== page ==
Skvela a zajimava kniha. Spoustu z tech veci jsem o Britanii vubec nevedel. Treba politika appeasementu, jake mela koreny, ze si to Chamberlein jen tak nevycucal z prstu... Doporucuju.
Another excellent book from Andrew Marr. As good as A History of Modern Britain. Well written and very informative. As good as the TV programme but without Andrew doing his accents!!
This was a thoroughly fascinating look at the UK particularly England especially the role of the Edwardians. I was living in Waterloo in Sydney at the time and nights out usually involved walking home from the city. The advice by Andrew Marr to look up at the shop front he intended for the urban British audience rings true for urban Australian audiences equally. Without a greater study of the differences between the blends of styles it is pretty easy to see by this small challenge issued by the ...more
Andrew Fish
These days it seems you can't move for documentary series fronted by personalities. From Paxman's excoriating of the British Empire to Ian Hislop's documentary series on the Victorians it seems that everyone wants to show that they understand our past and to put their stamp on it. On the surface, Andrew Marr seems little different, but as he tells us in the introduction to this book, far from simply fronting the efforts of BBC researchers, he does his own research, makes his own mistakes and onl ...more
I read this to learn more about Britain and it's more immediate history, but I was amazed and impressed to learn more about the history of the rise of America. I knew some facts and figures, but Andrew Marr pulled together all aspects of popular culture, daily lives of Brits in all regions with the politics of the day.

The most fascinating aspects were the 10s, 20s and 30s - life in rural britain prior to radio and both world wars was unlike anything I had imagined and not something normally por
Jerry Hilts
The Making of Modern Britain is a quite enjoyable read covering the years between the death of Victoria and the end of World War II. Marr keeps the tone light and fun, providing plenty of details without letting things get too dry and academic.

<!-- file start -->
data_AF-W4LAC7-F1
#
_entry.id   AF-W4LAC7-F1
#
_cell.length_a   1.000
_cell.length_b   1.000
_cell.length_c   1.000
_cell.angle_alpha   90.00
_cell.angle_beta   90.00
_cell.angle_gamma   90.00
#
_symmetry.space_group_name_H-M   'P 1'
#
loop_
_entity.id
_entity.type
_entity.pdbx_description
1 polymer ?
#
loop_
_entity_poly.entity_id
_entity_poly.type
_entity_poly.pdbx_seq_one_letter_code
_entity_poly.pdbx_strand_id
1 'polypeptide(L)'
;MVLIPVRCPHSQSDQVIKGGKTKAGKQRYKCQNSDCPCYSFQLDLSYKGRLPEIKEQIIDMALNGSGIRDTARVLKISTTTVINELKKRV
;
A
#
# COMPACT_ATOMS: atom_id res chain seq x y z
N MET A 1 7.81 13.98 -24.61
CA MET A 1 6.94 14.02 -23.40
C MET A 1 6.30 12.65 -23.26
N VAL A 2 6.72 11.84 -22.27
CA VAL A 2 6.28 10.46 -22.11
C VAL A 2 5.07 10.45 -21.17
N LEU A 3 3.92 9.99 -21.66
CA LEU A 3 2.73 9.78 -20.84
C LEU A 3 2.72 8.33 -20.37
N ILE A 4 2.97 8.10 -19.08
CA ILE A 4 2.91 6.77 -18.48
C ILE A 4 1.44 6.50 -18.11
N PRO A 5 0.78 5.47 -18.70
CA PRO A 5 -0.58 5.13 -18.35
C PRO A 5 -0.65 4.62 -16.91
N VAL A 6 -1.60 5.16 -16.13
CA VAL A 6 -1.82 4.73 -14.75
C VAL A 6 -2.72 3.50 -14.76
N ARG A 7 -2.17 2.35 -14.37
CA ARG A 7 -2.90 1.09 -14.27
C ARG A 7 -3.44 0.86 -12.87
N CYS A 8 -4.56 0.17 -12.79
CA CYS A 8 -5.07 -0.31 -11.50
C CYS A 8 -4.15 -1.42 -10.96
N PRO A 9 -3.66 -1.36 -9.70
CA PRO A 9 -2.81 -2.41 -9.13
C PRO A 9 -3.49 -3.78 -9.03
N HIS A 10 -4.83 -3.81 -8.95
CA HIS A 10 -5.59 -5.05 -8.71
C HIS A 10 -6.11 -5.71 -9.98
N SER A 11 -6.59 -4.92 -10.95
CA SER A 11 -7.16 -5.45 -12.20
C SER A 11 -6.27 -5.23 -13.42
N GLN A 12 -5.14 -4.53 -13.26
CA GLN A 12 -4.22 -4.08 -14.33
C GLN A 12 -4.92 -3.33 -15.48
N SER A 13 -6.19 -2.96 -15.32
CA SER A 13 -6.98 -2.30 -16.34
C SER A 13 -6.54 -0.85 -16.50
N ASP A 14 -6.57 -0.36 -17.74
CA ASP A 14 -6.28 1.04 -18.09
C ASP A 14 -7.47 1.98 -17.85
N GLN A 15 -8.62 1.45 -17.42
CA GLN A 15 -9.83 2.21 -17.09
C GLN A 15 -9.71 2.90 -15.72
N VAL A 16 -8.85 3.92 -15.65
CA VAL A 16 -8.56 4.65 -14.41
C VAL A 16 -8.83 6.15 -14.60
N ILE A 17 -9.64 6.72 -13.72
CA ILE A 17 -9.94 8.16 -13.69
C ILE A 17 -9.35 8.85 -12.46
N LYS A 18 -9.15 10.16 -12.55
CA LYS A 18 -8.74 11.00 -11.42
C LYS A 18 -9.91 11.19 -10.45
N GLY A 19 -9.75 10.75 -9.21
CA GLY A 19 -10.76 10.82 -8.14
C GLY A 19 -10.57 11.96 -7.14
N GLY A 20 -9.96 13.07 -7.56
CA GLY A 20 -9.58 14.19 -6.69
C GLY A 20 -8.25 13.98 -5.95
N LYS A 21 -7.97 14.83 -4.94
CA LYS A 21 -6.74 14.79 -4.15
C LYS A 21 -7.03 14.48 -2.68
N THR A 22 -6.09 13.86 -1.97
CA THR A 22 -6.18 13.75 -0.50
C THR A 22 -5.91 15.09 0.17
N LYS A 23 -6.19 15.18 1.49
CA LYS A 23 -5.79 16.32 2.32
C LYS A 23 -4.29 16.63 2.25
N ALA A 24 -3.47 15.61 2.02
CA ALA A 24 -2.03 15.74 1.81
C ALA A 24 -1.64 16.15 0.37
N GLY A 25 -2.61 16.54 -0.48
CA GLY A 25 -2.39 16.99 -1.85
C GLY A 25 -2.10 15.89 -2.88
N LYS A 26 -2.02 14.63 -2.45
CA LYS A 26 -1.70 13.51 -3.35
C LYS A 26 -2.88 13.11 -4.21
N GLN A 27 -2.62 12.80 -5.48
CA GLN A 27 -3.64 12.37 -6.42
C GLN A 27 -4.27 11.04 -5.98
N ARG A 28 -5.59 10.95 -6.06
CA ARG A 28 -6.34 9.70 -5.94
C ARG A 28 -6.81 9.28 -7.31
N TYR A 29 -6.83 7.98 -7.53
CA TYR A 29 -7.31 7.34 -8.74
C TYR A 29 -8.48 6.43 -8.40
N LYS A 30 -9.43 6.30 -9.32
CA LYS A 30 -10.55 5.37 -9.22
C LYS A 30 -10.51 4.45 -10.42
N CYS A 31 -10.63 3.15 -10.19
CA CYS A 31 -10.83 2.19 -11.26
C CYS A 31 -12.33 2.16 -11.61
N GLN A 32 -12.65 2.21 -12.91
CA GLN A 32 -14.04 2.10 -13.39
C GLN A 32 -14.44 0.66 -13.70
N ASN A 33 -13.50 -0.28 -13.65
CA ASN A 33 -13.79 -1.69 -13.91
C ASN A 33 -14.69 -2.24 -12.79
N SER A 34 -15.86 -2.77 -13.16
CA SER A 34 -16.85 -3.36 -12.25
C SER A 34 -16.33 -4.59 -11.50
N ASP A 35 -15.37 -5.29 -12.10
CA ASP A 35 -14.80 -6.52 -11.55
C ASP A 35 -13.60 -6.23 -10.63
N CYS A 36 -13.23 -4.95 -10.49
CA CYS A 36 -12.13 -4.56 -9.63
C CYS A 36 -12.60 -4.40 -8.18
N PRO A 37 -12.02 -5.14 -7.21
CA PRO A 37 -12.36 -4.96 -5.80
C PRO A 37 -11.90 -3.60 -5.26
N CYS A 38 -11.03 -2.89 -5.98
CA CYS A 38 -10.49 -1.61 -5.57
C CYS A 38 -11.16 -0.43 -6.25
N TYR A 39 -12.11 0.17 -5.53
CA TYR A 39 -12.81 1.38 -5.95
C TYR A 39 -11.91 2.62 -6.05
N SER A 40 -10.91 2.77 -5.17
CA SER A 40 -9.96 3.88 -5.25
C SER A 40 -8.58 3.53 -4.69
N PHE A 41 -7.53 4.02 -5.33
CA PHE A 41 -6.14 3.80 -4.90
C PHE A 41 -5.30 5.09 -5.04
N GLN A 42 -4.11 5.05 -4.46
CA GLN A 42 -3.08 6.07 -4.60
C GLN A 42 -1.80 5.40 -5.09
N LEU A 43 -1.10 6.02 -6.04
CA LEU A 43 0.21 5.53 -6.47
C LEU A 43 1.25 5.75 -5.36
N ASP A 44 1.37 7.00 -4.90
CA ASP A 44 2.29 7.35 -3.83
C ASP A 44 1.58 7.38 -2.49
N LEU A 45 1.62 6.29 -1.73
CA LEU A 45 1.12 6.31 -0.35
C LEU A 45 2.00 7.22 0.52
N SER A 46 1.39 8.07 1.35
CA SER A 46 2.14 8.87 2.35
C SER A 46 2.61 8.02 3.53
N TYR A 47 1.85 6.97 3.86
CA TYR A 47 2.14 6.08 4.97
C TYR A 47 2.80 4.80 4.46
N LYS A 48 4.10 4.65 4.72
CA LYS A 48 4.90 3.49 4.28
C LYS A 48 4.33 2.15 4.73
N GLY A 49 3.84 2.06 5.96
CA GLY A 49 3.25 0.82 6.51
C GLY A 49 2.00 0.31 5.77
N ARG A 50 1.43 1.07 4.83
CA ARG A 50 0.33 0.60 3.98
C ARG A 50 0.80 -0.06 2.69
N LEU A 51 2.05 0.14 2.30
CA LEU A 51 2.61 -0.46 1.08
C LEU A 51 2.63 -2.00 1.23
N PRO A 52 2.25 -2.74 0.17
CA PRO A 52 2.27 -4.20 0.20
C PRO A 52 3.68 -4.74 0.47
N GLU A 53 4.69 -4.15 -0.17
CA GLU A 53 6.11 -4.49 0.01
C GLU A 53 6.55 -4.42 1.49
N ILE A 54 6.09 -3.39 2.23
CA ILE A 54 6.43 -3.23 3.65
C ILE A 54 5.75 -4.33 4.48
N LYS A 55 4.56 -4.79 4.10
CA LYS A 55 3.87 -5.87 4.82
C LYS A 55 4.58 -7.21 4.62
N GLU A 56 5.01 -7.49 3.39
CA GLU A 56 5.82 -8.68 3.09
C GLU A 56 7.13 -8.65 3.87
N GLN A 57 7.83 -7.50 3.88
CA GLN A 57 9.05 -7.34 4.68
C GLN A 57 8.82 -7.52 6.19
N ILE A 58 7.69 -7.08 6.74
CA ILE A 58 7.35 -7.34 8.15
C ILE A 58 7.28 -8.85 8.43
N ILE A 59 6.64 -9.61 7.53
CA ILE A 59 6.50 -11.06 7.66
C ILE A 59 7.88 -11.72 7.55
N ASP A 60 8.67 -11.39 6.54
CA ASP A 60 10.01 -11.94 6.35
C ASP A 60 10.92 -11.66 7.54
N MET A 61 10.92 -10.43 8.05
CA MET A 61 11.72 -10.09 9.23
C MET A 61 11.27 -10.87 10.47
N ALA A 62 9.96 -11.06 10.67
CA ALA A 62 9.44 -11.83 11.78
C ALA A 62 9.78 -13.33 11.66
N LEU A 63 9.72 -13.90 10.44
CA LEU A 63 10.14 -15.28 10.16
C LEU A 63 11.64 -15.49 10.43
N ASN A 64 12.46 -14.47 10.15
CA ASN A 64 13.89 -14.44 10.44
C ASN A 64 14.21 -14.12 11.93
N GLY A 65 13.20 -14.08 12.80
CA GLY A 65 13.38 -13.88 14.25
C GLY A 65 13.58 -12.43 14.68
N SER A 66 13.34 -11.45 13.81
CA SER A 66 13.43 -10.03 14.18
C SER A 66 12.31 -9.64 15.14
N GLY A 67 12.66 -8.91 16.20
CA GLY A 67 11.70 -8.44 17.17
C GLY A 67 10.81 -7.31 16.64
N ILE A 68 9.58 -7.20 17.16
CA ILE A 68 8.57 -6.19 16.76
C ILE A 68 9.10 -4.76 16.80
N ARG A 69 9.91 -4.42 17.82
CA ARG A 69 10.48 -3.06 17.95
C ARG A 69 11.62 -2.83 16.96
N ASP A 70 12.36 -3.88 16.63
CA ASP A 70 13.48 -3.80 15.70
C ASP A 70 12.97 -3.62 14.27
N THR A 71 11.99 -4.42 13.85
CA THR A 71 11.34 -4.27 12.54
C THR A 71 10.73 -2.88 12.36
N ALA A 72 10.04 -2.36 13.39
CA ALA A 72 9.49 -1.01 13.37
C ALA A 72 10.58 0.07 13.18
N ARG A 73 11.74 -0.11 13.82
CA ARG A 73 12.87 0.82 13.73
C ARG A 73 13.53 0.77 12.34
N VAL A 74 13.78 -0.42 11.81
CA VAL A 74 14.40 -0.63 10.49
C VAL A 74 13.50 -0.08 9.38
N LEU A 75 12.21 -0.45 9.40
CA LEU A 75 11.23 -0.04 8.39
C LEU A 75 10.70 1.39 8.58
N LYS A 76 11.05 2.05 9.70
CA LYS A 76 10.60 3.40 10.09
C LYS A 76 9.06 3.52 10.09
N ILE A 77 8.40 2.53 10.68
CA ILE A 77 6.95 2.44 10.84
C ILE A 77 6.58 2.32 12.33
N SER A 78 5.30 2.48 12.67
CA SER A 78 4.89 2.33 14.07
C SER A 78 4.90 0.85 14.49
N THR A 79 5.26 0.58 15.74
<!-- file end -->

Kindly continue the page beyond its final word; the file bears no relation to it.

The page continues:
I began this book enthusiastically as it is a period of time I am aware of - Britain between the Wars - but knew virtually nothing about. I'd enjoyed the learning experience of "When the Lights Went Out", and I was keen for more. But Andrew Marr is, frankly, an uninspiring historian. The book became a plodding chronology of "This happened" followed by "That happened", and focused on "The Big Men" of the time, Churchill, Lloyd George and so on. I felt high among the credits should have been Googl ...more
Christine Bowen
Particularly enjoyed the descriptions of Edwardian life as I knew least about this period. The World Wars descriptions also gave me lots of new info as I don't read much non - fiction. Loved the writing style. Andrew Marr has a clear "voice" that you can hear through the writing. Will try more.
Martin Haynes
Contains an interesting review of the political landscape of Britain in the 1930s, I was well aware of Mosley's blackshirts but had never heard of the green shirts or the Social Dividend movement. Also, an interesting overview of David Lloyd George's role in the development of the modern political landscape is there and if you think that our politicians are dodgy, well, it's nothing new. For anyone interested in how we got where we are, I recommend this book.
Marios Antoniou
Overall a well-written and engaging book, shedding light on the everyday life of British people between 1900 and 1945, some parts are a bit gossipy and deal with points and focus on individuals of little consequence I found irrelevant but on the whole it provides a clear insight of British politics and the shaping of Modern Britain
This took me an eternity to read, but it's not because it was dull: there's just a lot packed into it.

I have to hold my hands up and confess that modern history was never my forte - and we never covered it at school.

This book took a lot of interesting snippets and mixed them up into a lively brew of setting into a social context and shattering some widely held (and clearly misconstrued) beliefs.

My one gripe about the book is that it provides a rivetting and compelling expose of some ideas and pe
Absolutely brilliant with a thoroughly engaging style. Considering how much politics was discussed it was essy to understand and amazingly enjoyable. Loved the bite sized chapters and the new focus of how these years affected how we are now. Can't wait to read the next one.
Jane Mcneil